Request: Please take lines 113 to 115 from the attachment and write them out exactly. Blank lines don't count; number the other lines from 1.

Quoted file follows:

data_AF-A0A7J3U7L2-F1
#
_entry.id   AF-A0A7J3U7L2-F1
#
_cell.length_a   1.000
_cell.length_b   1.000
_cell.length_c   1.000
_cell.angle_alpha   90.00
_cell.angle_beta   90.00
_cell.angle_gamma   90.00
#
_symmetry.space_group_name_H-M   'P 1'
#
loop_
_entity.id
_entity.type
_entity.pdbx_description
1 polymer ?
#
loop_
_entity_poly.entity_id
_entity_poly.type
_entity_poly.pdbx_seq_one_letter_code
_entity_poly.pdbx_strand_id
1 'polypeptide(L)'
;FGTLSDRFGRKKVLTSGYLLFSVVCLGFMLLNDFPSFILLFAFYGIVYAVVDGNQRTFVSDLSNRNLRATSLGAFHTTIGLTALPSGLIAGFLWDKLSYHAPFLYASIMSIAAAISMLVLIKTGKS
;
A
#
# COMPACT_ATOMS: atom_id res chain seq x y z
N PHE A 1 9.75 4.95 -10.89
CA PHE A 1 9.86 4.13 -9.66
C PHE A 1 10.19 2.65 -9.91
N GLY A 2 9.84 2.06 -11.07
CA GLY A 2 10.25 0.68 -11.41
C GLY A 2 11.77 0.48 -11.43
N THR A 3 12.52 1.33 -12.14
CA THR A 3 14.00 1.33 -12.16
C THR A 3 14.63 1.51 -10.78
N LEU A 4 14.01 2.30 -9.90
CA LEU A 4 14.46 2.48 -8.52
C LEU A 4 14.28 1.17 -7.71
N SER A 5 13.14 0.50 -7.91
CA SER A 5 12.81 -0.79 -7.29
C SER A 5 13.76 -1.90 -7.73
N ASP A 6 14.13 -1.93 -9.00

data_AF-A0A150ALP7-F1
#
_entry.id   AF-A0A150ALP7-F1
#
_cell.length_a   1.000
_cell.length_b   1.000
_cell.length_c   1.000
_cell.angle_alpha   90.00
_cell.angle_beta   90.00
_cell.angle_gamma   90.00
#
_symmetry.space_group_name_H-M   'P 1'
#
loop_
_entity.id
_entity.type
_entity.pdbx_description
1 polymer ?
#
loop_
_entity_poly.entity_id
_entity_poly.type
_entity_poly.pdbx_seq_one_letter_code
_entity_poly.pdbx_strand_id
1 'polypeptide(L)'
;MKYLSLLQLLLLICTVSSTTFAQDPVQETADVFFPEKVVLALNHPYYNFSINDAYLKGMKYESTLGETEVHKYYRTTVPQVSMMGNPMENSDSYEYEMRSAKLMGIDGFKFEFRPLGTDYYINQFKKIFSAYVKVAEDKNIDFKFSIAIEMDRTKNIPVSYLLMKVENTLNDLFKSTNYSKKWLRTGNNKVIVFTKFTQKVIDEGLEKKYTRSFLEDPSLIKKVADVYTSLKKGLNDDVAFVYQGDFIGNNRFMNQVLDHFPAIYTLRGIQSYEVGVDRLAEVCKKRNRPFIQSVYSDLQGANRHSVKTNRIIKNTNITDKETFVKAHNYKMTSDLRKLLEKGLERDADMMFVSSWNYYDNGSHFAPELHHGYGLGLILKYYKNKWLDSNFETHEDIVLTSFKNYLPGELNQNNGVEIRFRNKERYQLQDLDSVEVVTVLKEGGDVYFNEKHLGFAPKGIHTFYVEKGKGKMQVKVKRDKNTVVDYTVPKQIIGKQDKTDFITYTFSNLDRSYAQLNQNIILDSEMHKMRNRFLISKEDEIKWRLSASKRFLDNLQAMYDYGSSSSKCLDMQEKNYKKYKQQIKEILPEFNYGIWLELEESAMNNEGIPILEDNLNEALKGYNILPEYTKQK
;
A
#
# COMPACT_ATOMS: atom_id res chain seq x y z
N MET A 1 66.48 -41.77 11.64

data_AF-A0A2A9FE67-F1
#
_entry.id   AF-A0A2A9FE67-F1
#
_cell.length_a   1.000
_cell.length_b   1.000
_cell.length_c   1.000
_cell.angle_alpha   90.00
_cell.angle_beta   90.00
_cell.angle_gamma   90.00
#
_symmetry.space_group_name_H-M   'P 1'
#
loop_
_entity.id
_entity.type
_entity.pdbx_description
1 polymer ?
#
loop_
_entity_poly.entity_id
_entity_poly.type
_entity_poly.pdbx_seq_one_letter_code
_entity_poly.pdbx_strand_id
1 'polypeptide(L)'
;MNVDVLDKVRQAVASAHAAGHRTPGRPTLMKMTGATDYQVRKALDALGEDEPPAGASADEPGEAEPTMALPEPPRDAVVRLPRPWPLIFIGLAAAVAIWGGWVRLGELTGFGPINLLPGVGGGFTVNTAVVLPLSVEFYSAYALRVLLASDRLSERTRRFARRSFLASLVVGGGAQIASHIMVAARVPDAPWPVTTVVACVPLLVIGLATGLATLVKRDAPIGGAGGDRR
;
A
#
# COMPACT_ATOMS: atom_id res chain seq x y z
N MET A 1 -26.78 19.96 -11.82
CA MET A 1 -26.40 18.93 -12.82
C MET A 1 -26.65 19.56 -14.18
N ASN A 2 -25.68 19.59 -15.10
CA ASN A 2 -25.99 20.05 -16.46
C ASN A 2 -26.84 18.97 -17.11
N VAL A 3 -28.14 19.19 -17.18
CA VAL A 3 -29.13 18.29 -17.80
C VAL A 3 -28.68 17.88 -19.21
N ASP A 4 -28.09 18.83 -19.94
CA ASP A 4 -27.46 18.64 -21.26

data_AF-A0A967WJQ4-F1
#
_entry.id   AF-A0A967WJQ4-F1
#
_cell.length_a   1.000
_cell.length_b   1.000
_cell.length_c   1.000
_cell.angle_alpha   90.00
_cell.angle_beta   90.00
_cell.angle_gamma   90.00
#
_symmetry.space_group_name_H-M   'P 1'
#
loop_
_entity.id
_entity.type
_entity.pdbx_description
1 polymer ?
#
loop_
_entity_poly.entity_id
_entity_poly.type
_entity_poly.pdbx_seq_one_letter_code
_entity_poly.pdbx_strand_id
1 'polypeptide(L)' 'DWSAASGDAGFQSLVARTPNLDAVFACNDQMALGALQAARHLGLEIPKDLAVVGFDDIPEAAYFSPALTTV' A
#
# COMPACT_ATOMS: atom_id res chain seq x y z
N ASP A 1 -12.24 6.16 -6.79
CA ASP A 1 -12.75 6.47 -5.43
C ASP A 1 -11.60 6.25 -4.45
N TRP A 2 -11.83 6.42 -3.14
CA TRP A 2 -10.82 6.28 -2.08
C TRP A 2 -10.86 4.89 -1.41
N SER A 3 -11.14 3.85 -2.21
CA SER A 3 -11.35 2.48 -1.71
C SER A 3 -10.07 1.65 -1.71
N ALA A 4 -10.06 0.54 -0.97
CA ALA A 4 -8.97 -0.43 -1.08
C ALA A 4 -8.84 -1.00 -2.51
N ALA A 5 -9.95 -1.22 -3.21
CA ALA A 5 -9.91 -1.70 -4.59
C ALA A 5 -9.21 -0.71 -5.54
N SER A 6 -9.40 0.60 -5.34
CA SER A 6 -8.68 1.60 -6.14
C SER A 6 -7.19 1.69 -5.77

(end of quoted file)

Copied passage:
C ASN A 2 -26.84 18.97 -17.11
N VAL A 3 -28.14 19.19 -17.18
CA VAL A 3 -29.13 18.29 -17.80